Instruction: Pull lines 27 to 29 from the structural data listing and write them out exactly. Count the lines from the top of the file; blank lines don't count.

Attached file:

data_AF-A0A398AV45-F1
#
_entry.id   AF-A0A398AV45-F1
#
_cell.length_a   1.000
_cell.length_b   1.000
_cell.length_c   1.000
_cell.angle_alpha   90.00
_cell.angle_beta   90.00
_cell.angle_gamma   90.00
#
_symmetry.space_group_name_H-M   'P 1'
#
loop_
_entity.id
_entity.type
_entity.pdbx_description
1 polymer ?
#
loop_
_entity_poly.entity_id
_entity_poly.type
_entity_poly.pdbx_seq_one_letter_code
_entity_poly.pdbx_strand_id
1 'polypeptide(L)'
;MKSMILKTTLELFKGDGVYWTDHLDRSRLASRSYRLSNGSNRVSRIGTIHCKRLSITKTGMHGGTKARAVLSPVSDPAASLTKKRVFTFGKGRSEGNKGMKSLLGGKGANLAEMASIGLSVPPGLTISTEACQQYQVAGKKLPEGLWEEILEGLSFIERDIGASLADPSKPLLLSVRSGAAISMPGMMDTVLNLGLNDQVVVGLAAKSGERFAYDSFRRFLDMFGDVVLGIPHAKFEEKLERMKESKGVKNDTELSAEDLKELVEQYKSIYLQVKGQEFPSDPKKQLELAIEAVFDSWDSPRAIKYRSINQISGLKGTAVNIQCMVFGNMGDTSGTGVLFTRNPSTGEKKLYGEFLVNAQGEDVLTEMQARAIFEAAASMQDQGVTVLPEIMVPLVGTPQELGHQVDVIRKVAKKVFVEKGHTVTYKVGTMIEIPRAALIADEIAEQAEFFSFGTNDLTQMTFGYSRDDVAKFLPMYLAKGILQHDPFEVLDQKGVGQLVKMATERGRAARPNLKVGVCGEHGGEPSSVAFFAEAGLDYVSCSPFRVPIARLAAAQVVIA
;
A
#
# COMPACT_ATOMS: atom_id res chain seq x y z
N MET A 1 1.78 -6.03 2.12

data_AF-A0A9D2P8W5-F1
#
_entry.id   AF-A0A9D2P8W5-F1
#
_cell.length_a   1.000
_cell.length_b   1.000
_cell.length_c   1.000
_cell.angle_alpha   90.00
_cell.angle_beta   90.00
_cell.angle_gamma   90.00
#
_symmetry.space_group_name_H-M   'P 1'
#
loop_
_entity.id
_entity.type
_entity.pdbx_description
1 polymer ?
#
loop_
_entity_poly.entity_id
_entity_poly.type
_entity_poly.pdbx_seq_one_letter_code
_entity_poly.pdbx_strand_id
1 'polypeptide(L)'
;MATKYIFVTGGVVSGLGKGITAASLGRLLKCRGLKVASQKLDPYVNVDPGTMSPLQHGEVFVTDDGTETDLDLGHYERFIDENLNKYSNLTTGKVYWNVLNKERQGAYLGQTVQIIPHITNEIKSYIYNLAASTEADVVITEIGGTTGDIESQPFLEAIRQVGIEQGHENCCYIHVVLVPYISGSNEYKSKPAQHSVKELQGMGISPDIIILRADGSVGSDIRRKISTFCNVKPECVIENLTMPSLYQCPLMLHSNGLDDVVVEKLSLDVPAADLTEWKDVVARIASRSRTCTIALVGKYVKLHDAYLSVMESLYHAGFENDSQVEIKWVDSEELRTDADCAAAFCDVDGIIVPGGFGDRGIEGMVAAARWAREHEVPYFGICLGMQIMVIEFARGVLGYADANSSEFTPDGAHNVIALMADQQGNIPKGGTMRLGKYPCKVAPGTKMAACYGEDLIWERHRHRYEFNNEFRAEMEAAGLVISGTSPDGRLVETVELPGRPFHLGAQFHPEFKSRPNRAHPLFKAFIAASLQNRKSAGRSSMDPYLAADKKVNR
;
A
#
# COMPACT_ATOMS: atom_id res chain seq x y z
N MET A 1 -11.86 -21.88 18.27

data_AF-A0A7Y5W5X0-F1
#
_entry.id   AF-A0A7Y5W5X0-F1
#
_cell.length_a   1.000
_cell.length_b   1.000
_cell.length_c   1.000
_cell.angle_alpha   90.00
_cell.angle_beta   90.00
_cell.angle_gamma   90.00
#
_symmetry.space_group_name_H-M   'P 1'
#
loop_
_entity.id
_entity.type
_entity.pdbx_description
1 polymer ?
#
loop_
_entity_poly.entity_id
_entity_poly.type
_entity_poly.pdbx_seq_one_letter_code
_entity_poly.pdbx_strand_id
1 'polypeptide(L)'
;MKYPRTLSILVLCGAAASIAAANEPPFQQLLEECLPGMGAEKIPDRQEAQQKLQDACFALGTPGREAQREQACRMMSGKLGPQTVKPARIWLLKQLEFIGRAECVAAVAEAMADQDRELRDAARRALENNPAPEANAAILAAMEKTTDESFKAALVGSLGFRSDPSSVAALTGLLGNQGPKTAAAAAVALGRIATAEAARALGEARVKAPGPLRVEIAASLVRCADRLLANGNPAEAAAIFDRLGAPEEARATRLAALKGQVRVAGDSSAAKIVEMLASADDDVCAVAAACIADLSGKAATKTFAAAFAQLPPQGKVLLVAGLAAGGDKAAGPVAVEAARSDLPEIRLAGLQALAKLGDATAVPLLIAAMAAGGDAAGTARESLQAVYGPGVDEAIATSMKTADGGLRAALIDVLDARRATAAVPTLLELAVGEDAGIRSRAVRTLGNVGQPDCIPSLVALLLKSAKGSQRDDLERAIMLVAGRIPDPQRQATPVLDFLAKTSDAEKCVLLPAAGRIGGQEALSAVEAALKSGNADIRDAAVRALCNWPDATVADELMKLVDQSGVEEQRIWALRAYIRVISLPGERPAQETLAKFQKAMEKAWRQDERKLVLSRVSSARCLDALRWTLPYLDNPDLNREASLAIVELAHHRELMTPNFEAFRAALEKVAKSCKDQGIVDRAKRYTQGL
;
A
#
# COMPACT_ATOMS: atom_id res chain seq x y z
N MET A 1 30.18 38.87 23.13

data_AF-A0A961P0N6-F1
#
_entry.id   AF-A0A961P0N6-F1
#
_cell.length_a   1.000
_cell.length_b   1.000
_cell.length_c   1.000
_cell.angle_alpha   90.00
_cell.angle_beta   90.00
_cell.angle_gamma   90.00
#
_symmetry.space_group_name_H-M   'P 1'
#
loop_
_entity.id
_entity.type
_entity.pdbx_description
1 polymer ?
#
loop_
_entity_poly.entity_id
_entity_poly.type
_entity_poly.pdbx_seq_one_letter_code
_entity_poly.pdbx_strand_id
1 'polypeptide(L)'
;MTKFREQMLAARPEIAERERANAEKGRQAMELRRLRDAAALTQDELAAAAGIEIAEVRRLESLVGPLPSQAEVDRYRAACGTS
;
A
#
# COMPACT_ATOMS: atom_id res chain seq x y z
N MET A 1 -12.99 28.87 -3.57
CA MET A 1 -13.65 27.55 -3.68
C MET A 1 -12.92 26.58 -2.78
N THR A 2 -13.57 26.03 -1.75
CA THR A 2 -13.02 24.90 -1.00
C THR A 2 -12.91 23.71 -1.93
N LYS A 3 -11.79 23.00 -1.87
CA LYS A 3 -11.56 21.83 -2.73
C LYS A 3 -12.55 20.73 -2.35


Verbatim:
;
A
#